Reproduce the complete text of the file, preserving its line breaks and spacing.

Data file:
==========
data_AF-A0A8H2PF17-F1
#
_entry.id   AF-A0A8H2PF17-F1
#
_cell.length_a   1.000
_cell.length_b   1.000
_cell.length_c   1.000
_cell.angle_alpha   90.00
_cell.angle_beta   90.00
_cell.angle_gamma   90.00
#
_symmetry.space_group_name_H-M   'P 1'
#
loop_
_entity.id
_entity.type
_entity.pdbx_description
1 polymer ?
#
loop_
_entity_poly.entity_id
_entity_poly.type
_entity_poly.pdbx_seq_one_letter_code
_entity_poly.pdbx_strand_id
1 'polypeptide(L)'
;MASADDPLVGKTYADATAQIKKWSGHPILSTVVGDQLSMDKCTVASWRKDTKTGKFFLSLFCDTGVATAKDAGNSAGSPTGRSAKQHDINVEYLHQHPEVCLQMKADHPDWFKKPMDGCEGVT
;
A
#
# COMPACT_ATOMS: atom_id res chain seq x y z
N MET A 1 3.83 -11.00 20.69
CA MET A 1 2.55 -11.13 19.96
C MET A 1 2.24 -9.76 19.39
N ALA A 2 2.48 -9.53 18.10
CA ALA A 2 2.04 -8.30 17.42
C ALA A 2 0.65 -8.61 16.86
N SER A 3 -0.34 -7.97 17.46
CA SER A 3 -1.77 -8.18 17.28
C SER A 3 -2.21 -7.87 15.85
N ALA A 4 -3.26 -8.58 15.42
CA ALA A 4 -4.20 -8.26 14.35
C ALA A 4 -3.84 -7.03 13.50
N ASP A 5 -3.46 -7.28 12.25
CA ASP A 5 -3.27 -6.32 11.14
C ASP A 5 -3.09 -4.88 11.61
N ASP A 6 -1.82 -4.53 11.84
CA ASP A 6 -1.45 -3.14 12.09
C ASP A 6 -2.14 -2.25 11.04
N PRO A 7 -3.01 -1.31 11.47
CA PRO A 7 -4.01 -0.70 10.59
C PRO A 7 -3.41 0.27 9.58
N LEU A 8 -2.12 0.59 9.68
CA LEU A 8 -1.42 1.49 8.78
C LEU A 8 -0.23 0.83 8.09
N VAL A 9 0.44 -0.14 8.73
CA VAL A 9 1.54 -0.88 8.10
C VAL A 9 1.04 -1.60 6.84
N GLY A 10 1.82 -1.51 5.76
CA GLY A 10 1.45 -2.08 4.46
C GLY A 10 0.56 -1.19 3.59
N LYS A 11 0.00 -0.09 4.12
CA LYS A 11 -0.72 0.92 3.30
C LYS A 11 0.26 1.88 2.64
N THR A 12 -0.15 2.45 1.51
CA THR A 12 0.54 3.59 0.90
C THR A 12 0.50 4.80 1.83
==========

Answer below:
data_AF-A0A8H2PF17-F1
#
_entry.id   AF-A0A8H2PF17-F1
#
_cell.length_a   1.000
_cell.length_b   1.000
_cell.length_c   1.000
_cell.angle_alpha   90.00
_cell.angle_beta   90.00
_cell.angle_gamma   90.00
#
_symmetry.space_group_name_H-M   'P 1'
#
loop_
_entity.id
_entity.type
_entity.pdbx_description
1 polymer ?
#
loop_
_entity_poly.entity_id
_entity_poly.type
_entity_poly.pdbx_seq_one_letter_code
_entity_poly.pdbx_strand_id
1 'polypeptide(L)'
;MASADDPLVGKTYADATAQIKKWSGHPILSTVVGDQLSMDKCTVASWRKDTKTGKFFLSLFCDTGVATAKDAGNSAGSPTGRSAKQHDINVEYLHQHPEVCLQMKADHPDWFKKPMDGCEGVT
;
A
#
# COMPACT_ATOMS: atom_id res chain seq x y z
N MET A 1 3.83 -11.00 20.69
CA MET A 1 2.55 -11.13 19.96
C MET A 1 2.24 -9.76 19.39
N ALA A 2 2.48 -9.53 18.10
CA ALA A 2 2.04 -8.30 17.42
C ALA A 2 0.65 -8.61 16.86
N SER A 3 -0.34 -7.97 17.46
CA SER A 3 -1.77 -8.18 17.28
C SER A 3 -2.21 -7.87 15.85
N ALA A 4 -3.26 -8.58 15.42
CA ALA A 4 -4.20 -8.26 14.35
C ALA A 4 -3.84 -7.03 13.50
N ASP A 5 -3.46 -7.28 12.25
CA ASP A 5 -3.27 -6.32 11.14
C ASP A 5 -3.09 -4.88 11.61
N ASP A 6 -1.82 -4.53 11.84
CA ASP A 6 -1.45 -3.14 12.09
C ASP A 6 -2.14 -2.25 11.04
N PRO A 7 -3.01 -1.31 11.47
CA PRO A 7 -4.01 -0.70 10.59
C PRO A 7 -3.41 0.27 9.58
N LEU A 8 -2.12 0.59 9.68
CA LEU A 8 -1.42 1.49 8.78
C LEU A 8 -0.23 0.83 8.09
N VAL A 9 0.44 -0.14 8.73
CA VAL A 9 1.54 -0.88 8.10
C VAL A 9 1.04 -1.60 6.84
N GLY A 10 1.82 -1.51 5.76
CA GLY A 10 1.45 -2.08 4.46
C GLY A 10 0.56 -1.19 3.59
N LYS A 11 0.00 -0.09 4.12
CA LYS A 11 -0.72 0.92 3.30
C LYS A 11 0.26 1.88 2.64
N THR A 12 -0.15 2.45 1.51
CA THR A 12 0.54 3.59 0.90
C THR A 12 0.50 4.80 1.83